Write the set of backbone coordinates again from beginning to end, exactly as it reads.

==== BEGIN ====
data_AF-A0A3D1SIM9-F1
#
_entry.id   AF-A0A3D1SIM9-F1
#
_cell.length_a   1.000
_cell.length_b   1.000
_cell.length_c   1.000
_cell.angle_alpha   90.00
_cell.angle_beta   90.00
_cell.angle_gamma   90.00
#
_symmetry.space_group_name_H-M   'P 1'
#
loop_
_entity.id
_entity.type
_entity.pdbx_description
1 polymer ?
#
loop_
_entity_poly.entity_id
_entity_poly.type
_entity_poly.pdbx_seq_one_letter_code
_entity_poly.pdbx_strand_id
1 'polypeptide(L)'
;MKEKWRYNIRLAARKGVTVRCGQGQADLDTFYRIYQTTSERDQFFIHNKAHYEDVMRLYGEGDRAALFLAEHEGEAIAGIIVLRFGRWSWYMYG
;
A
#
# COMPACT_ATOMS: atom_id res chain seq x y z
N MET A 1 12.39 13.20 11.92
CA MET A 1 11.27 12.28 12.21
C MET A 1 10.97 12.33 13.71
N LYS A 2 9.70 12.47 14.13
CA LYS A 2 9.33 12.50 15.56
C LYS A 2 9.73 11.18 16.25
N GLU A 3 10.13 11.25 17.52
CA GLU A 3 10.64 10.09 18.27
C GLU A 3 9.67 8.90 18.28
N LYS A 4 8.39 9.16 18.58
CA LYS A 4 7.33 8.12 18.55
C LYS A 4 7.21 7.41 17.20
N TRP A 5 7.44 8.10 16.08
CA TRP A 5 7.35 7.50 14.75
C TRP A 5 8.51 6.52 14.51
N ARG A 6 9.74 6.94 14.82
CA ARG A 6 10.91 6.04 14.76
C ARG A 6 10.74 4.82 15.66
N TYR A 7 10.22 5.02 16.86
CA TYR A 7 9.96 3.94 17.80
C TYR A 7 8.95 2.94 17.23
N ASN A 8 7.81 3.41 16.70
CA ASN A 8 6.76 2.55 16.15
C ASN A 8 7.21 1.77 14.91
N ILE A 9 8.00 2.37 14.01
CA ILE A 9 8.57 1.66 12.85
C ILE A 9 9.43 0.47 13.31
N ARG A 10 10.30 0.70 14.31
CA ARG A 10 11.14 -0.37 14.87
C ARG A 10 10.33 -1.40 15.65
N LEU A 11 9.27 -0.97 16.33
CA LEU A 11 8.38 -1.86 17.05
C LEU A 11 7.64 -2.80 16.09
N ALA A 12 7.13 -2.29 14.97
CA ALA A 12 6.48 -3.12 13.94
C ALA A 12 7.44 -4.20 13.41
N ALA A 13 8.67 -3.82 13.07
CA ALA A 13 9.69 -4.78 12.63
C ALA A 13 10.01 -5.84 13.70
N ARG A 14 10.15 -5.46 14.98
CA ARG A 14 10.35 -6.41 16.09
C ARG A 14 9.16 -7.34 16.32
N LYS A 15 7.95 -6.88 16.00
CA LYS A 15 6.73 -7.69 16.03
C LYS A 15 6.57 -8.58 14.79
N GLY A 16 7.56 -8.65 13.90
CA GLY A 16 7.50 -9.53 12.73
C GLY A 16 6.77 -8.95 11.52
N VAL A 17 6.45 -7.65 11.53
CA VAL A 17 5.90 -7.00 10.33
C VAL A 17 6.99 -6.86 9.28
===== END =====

data_AF-A0A3D1SIM9-F1
#
_entry.id   AF-A0A3D1SIM9-F1
#
_cell.length_a   1.000
_cell.length_b   1.000
_cell.length_c   1.000
_cell.angle_alpha   90.00
_cell.angle_beta   90.00
_cell.angle_gamma   90.00
#
_symmetry.space_group_name_H-M   'P 1'
#
loop_
_entity.id
_entity.type
_entity.pdbx_description
1 polymer ?
#
loop_
_entity_poly.entity_id
_entity_poly.type
_entity_poly.pdbx_seq_one_letter_code
_entity_poly.pdbx_strand_id
1 'polypeptide(L)'
;MKEKWRYNIRLAARKGVTVRCGQGQADLDTFYRIYQTTSERDQFFIHNKAHYEDVMRLYGEGDRAALFLAEHEGEAIAGIIVLRFGRWSWYMYG
;
A
#
# COMPACT_ATOMS: atom_id res chain seq x y z
N MET A 1 12.39 13.20 11.92
CA MET A 1 11.27 12.28 12.21
C MET A 1 10.97 12.33 13.71
N LYS A 2 9.70 12.47 14.13
CA LYS A 2 9.33 12.50 15.56
C LYS A 2 9.73 11.18 16.25
N GLU A 3 10.13 11.25 17.52
CA GLU A 3 10.64 10.09 18.27
C GLU A 3 9.67 8.90 18.28
N LYS A 4 8.39 9.16 18.58
CA LYS A 4 7.33 8.12 18.55
C LYS A 4 7.21 7.41 17.20
N TRP A 5 7.44 8.10 16.08
CA TRP A 5 7.35 7.50 14.75
C TRP A 5 8.51 6.52 14.51
N ARG A 6 9.74 6.94 14.82
CA ARG A 6 10.91 6.04 14.76
C ARG A 6 10.74 4.82 15.66
N TYR A 7 10.22 5.02 16.86
CA TYR A 7 9.96 3.94 17.80
C TYR A 7 8.95 2.94 17.23
N ASN A 8 7.81 3.41 16.70
CA ASN A 8 6.76 2.55 16.15
C ASN A 8 7.21 1.77 14.91
N ILE A 9 8.00 2.37 14.01
CA ILE A 9 8.57 1.66 12.85
C ILE A 9 9.43 0.47 13.31
N ARG A 10 10.30 0.70 14.31
CA ARG A 10 11.14 -0.37 14.87
C ARG A 10 10.33 -1.40 15.65
N LEU A 11 9.27 -0.97 16.33
CA LEU A 11 8.38 -1.86 17.05
C LEU A 11 7.64 -2.80 16.09
N ALA A 12 7.13 -2.29 14.97
CA ALA A 12 6.48 -3.12 13.94
C ALA A 12 7.44 -4.20 13.41
N ALA A 13 8.67 -3.82 13.07
CA ALA A 13 9.69 -4.78 12.63
C ALA A 13 10.01 -5.84 13.70
N ARG A 14 10.15 -5.46 14.98
CA ARG A 14 10.35 -6.41 16.09
C ARG A 14 9.16 -7.34 16.32
N LYS A 15 7.95 -6.88 16.00
CA LYS A 15 6.73 -7.69 16.03
C LYS A 15 6.57 -8.58 14.79
N GLY A 16 7.56 -8.65 13.90
CA GLY A 16 7.50 -9.53 12.73
C GLY A 16 6.77 -8.95 11.52
N VAL A 17 6.45 -7.65 11.53
CA VAL A 17 5.90 -7.00 10.33
C VAL A 17 6.99 -6.86 9.28